In the wake of Stephen Paddock’s horrific Las Vegas mass murder rampage there is an understandable impulse to want to do something — anything — to prevent other such tragedies. Exactly what to do is a very different, complicated, and politically polarized matter. It usually boils down to highly contentious points of view, regarding legalities and efficacies of legislated limitations on Second Amendment rights.
As Daniel Henninger observed in his Oct. 5 Wall Street Journal op-ed column "Gun Control After Las Vegas" observes, gun control has become a proxy for a partisan and social divide on the broad, bedrock issue of security. "Progressives embrace the benign, while conservatives fear the malign. Liberals say give peace a chance. Conservatives say, Annie get your gun."
Speaking of impulses, it seems that media pundits and partisan "experts" are often all too quick in offering knee-jerk assessments and solutions. At risk of blatant exposure as one of them, I have accepted an invitation to participate as a panelist for a Pennsylvania NPR-associated "Smart Talk" radio show later this week to discuss gun violence as a "health problem."
I seemingly earned that expert distinction, thanks to an online Forbes column I posted way back in February 2013 titled "Why The Centers For Disease Control Should Not Receive Gun Research Funding."
Now that I’m officially qualified, I’ll go ahead and tell you what I really think.
First, like many or most of my fellow NRA deplorables, I’m in favor of restricting sales of automatic rapid-fire rifles on the open market. I also don’t want to have bona fide nut jobs owning or using lethal weapons. By far the greatest real threat in this regard, is having to share highways with drunks and other dangerous morons.
Is the answer here to ban motor vehicles? Or since large trucks appear to be the latest murder du jour weapons for terrorists, should we maybe just ban those exceeding a particular size?
Let’s charitably acknowledge that outrage aroused by tragic actions by demented and evil psychopaths knows no political divide. What really separates us, is whether or not we advocate solutions predicated upon additional government regulations premised upon naïve reasoning, promoted by partisan opportunists, and purchased at the expense of cherished personal freedoms.
Consider the senseless Clinton-era ban on "assault" rifles such as the popular civilian-market AR-15 for example. Anti-gun politicos, lobbyists and media acolytes ignorantly or disingenuously conflated this semiautomatic-only rifle (one trigger pull-one "bang") with automatic rapid-fire capabilities of the M-16 version originally issued to military forces.
The cosmetic political "feel good" results were functionally meaningless.
Just as I endorse restrictions on civilian purchases of automatic rapid-fire weapons, I also strongly favor banning "bump stocks" and other aftermarket accessories used to circumvent existing restrictions. Any outright modification to convert a semiautomatic firearm into an automatic mode is already a federal felony punishable by 19 years in prison. Mass murderer Stephen Paddock shouldn’t have had legal access to any such devices.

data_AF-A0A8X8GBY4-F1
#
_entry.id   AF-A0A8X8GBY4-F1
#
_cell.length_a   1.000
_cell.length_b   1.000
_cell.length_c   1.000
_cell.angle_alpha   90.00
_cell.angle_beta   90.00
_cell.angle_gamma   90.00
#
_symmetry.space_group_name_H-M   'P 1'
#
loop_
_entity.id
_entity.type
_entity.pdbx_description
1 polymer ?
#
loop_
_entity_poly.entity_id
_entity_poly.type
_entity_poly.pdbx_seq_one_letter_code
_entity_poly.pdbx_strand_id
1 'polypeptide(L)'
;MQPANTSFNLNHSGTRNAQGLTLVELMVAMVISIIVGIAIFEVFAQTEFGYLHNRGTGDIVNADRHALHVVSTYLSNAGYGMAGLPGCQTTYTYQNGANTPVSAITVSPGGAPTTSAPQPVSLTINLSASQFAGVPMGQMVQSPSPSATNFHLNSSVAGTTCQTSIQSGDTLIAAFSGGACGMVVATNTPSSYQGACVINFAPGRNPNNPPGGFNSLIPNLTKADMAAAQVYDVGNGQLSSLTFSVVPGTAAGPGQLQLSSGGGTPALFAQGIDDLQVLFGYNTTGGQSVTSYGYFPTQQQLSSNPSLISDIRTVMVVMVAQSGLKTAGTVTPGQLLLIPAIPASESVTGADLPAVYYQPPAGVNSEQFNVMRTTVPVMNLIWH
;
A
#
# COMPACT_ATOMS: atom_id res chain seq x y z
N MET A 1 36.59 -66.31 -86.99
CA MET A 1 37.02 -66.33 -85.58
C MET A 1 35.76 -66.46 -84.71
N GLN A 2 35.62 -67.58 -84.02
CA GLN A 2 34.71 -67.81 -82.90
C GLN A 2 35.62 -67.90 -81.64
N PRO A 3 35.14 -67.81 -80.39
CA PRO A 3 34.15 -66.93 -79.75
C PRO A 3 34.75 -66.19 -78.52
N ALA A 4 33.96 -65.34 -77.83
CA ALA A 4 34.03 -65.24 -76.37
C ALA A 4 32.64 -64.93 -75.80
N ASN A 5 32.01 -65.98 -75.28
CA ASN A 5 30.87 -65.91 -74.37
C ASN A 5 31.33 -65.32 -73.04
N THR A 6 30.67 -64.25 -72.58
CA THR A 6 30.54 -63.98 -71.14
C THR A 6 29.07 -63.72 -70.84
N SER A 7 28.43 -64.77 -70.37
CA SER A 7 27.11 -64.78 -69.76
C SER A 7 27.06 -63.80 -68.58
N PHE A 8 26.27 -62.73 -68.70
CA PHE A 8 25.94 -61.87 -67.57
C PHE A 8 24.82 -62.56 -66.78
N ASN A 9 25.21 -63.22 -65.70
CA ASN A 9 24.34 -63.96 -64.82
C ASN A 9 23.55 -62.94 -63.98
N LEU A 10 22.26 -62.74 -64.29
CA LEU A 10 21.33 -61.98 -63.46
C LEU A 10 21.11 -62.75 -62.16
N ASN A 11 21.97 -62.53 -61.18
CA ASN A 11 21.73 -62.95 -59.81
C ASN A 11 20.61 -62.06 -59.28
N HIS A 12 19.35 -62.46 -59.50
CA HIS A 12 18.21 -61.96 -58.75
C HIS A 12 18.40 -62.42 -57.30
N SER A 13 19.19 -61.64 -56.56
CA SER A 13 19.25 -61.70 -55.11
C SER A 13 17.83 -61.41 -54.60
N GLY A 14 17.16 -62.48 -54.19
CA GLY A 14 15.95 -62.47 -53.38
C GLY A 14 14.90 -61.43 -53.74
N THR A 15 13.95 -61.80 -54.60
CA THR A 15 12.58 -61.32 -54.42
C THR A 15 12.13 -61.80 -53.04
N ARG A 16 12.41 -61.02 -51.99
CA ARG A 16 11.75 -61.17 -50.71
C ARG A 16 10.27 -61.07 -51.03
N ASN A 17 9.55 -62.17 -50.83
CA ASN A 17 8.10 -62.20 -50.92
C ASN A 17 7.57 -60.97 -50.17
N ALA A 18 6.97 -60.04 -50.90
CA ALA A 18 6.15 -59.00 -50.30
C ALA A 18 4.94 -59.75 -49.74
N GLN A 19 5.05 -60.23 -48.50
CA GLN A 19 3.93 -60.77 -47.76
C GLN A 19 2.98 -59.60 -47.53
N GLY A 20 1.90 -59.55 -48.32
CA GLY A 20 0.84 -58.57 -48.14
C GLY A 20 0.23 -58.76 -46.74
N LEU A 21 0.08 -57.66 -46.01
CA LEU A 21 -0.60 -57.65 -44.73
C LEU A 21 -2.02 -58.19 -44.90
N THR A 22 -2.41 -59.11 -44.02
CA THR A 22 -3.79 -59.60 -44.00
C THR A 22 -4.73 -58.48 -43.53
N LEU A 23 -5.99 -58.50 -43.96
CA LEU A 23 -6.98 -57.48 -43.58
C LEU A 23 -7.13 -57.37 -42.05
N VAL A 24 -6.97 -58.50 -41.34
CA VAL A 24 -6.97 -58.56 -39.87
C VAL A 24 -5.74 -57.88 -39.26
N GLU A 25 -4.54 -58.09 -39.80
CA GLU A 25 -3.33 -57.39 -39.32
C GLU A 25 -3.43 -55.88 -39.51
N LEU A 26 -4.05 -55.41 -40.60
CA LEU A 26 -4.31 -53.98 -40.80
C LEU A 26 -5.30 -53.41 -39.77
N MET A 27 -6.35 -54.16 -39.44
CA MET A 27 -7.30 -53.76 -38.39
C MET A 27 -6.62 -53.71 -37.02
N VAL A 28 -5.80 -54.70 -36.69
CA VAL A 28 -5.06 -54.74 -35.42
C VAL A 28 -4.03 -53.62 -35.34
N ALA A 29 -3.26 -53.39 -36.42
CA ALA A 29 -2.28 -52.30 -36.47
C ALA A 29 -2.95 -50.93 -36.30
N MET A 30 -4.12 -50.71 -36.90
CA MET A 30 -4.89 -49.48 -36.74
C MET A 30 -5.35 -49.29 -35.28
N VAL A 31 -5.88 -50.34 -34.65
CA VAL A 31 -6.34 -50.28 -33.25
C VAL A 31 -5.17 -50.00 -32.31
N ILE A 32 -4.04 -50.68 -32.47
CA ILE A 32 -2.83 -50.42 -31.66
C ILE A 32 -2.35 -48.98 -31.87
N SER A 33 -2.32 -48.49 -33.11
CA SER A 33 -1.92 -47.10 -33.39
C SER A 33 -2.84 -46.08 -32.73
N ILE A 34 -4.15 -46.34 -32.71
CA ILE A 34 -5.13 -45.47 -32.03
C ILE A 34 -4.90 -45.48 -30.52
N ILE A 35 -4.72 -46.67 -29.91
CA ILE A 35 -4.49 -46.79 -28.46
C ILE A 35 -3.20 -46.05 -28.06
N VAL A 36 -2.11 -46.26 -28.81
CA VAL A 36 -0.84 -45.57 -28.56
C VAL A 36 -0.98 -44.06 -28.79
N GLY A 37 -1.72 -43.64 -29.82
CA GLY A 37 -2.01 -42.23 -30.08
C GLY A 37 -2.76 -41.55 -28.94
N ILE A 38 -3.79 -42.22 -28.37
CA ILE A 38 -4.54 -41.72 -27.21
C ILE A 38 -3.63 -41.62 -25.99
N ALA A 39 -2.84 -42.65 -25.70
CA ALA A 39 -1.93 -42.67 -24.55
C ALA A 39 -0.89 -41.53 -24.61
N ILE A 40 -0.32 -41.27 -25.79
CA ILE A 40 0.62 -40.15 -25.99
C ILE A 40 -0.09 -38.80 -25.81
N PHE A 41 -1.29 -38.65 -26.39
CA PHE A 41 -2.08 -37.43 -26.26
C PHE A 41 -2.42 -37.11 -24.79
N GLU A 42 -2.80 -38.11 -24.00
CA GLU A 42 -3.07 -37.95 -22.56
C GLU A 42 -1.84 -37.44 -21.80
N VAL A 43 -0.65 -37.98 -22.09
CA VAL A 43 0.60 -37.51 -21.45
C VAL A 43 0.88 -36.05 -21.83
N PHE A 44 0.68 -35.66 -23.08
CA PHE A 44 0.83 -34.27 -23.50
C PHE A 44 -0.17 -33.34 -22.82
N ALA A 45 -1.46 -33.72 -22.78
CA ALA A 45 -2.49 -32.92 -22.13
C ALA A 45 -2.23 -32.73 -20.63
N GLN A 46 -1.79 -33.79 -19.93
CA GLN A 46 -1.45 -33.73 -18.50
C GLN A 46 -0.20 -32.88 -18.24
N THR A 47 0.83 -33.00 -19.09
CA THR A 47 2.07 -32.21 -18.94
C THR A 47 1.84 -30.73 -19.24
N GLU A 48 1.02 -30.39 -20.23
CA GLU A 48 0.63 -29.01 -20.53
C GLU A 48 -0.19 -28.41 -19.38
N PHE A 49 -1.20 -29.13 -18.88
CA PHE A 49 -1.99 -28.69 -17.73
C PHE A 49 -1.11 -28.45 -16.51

Automatic weapons have been heavily regulated since the 1930s, and it has been a federal crime since 1986 to obtain a new one outside stringently regulated conditions. They can only be transferred by authorized dealers to purchasers who undergo lengthy FBI background checks and with notifications of local law enforcement agencies.
On the other hand, Hillary Clinton's claim that a silencer ban would have saved lives in Las Vegas is farcical. As NRA spokesman Dana Loesch appropriately pointed out, "Suppressors only reduce the sound [of gunfire] by a few decibels, still the same decibel level as a jack hammer."
That wouldn’t be enough to protect the eardrum in my remaining good ear from being rattled at my regular shooting range by a near-by rapid-fire Rambo who is practicing for a zombie apocalypse.
And no, I certainly don’t trust government agenda-beholden scientific organizations like the Centers for Disease Control (CDC) to influence my personal defense options. Congress cut back CDC’s medically-premised gun violence research budget in 1996 for a very good reason. Virtually all of the scores of their studies conducted since 1985 had reached conclusions favoring stricter gun controls.
CDCs anti-gun bias should have come as no surprise. Ever since 1979, the official goal of its parent agency, the U.S. Public Health Service, had been " . . . to reduce the number of handguns in private ownership," starting with a 25 percent reduction by the turn of that century. This explicitly contradicts a virtual congressional stipulation that none of CDC’s federal financing can be used to advocate or promote gun control policies — exactly what CDC was doing.
Rather than addressing much more fundamental mental illness and social issues, CDC has been subverted to serve as but another political science instrument to exploit emotions surrounding tragic events in order to upend constitutional rights guaranteed by our forefathers. We are crazy to let them get away with it.
Larry Bell is an endowed professor of space architecture at the University of Houston where he founded the Sasakawa International Center for Space Architecture (SICSA) and the graduate program in space architecture. He is the author of "Scared Witless: Prophets and Profits of Climate Doom" (2015) and "Climate of Corruption: Politics and Power Behind the Global Warming Hoax" (2012). Read more of his reports — Click Here Now.
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